Where something is added to the front or back of a search phrase as a prefix or suffix, such as expanding a query for [nevada police rec] to [nevada police records 2008]
Using or Expanding Abbreviations
Words within queries may be lengthened or shortened, such as changing a query of [shortened dict] to [short dictionary].
Words within a query might be substituted with semantically related words. Those relationships might be synonyms, hyponyms, hypernyms, meronyms, or holonyms. Synonyms are words that have the same meaning, such as “car” and “automobile.” A hyponym is a word that is a specific instance of an original word (or query term), such as the word “scarlet” instead of “red.” A hypernym is where you have the more narrow term, such as scarlet, and replace it with the broader related term, such as “red.” A meronym is a word that names part of some larger whole, such as “finger” for “hand.” A homonym is a word that names a larger whole, rather than the smaller part, such as “hand” for “finger.”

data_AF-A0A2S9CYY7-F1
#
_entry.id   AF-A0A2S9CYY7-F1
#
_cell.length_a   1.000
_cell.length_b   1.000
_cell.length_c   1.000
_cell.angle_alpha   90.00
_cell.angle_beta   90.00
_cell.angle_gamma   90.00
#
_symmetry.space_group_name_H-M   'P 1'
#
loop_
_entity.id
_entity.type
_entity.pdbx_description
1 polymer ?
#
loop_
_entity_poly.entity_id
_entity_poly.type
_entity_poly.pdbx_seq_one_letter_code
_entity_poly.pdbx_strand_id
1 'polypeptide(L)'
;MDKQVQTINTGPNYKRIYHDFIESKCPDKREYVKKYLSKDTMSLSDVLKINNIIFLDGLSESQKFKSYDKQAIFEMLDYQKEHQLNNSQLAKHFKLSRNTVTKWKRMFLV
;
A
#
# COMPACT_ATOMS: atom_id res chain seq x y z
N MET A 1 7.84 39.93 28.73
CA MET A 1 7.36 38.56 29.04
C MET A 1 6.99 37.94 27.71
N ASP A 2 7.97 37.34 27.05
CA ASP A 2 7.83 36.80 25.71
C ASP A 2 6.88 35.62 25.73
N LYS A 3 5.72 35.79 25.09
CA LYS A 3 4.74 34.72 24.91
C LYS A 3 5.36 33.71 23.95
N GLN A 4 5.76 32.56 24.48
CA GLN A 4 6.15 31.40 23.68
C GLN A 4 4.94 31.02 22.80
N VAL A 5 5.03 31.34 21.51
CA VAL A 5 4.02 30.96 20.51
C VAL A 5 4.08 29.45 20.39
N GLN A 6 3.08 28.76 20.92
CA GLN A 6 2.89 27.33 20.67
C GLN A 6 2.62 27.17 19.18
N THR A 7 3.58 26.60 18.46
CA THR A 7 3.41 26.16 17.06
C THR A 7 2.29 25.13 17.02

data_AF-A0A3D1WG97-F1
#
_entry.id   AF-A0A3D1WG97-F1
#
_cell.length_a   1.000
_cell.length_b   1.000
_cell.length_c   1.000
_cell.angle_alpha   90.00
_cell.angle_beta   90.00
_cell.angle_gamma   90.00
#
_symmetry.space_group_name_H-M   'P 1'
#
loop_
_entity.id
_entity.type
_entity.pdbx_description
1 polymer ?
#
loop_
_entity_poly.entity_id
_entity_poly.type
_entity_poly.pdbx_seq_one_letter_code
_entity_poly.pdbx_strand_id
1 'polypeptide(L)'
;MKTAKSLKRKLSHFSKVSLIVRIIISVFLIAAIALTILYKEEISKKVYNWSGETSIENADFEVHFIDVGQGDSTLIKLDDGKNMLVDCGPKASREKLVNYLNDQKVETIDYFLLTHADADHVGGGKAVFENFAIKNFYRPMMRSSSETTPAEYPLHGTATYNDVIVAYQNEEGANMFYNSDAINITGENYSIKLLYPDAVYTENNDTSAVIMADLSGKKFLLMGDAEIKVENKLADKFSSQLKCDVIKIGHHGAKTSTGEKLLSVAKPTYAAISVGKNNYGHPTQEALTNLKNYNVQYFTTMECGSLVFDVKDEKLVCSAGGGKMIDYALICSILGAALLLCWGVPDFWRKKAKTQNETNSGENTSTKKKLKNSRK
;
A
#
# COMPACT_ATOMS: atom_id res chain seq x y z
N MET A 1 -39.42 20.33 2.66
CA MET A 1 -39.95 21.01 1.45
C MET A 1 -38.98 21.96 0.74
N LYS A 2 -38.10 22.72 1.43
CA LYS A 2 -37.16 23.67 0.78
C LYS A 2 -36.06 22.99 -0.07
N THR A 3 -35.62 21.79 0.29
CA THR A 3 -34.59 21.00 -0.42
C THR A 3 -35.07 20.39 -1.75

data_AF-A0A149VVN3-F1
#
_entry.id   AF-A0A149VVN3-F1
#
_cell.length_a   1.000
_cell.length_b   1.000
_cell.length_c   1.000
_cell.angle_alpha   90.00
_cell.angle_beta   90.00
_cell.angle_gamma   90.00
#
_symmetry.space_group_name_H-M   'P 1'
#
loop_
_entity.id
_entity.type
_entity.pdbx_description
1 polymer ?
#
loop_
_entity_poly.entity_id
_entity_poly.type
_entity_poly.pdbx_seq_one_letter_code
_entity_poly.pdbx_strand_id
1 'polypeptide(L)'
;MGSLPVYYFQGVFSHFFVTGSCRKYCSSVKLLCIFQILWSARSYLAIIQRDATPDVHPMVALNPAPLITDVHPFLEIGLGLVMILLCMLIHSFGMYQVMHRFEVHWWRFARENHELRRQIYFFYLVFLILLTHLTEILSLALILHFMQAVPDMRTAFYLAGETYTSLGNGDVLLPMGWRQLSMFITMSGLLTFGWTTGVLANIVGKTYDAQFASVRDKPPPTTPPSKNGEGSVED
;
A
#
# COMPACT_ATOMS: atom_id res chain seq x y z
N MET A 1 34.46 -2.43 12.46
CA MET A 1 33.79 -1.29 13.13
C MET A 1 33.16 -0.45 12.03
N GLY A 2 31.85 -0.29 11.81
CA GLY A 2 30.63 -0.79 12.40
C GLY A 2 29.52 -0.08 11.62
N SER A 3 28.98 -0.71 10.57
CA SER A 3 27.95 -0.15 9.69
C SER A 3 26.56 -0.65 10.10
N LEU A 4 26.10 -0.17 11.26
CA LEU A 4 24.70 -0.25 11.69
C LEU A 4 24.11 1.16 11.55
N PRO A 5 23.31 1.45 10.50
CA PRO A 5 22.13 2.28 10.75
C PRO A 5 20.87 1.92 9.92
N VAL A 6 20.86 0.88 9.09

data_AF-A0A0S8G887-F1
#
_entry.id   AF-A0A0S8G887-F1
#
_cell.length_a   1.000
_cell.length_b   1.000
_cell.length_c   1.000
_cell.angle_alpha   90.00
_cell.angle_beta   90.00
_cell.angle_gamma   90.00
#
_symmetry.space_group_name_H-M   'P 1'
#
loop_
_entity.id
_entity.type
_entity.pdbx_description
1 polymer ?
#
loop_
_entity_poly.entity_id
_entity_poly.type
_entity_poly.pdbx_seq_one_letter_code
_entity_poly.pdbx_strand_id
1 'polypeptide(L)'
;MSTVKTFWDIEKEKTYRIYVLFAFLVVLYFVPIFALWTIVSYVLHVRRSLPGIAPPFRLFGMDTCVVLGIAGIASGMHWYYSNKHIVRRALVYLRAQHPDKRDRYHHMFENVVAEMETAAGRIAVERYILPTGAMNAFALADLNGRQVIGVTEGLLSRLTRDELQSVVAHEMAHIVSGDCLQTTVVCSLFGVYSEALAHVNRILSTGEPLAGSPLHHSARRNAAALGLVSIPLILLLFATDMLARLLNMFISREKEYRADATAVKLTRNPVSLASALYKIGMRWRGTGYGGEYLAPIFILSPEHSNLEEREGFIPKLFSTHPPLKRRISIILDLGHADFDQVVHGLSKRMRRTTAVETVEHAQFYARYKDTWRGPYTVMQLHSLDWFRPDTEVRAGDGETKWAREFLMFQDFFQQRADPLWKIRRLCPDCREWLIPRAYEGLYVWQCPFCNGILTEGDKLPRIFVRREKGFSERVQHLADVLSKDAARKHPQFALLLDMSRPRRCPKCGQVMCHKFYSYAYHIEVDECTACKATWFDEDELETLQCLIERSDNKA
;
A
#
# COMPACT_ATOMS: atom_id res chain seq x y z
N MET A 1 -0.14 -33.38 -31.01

While this seems evident on its own, the researchers only counted misspellings when the amount of editing those spellings was fairly small.
In addition to the classifications above, the researchers also noted that sometimes searchers would change more than just one of the things listed above at a time, such as adding new words, changing the order of words, and others. Some reformulations of queries can be too difficult for a computer algorithm to capture as well and may require more context or knowledge of popular culture. They give the example of a query reformulation from [how to calculate nutritional values] to [weight watchers calculator].